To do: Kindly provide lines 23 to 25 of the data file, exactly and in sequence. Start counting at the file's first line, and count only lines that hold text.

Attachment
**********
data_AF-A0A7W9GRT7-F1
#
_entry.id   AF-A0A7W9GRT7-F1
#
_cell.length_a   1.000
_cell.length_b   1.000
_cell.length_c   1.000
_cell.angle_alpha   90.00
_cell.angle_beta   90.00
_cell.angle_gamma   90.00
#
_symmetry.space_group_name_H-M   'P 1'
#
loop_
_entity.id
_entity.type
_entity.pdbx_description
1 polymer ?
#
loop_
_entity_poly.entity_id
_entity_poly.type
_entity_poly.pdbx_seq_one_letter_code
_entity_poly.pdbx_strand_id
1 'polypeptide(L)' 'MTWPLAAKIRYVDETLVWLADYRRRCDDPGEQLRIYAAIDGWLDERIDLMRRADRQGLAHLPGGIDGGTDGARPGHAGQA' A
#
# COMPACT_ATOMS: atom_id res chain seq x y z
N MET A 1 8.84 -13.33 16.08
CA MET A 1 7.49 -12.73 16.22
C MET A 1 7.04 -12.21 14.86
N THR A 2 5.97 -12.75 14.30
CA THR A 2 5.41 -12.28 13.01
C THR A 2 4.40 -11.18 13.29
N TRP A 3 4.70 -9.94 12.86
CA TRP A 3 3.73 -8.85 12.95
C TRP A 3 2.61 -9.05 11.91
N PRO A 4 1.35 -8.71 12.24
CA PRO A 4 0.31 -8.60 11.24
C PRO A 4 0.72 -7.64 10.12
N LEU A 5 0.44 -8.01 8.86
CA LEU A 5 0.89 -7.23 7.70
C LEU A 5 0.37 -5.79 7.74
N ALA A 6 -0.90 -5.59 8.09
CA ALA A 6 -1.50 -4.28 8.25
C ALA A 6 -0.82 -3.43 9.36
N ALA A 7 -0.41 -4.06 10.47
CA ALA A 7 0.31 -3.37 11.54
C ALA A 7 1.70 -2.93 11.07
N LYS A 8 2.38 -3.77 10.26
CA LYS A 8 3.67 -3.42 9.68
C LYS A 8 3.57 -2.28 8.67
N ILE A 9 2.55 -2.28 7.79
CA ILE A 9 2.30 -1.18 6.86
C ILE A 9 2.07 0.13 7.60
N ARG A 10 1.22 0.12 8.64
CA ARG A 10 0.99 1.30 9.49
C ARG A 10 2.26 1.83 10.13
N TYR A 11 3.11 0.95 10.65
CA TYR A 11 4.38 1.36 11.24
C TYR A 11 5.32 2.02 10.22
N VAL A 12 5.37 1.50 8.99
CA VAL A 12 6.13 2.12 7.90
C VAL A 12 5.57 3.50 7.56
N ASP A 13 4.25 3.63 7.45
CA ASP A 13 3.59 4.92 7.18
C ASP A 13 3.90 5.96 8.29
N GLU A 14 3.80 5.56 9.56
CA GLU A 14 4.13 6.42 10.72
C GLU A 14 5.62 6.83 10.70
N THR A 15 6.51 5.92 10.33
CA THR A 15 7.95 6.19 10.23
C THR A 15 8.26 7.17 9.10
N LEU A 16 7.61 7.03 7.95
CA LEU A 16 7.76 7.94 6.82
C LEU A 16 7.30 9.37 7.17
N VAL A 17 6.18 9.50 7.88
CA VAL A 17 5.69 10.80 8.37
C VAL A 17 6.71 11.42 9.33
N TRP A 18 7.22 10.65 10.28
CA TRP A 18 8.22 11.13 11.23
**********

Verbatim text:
_entity_poly.pdbx_seq_one_letter_code
_entity_poly.pdbx_strand_id
1 'polypeptide(L)' 'MTWPLAAKIRYVDETLVWLADYRRRCDDPGEQLRIYAAIDGWLDERIDLMRRADRQGLAHLPGGIDGGTDGARPGHAGQA' A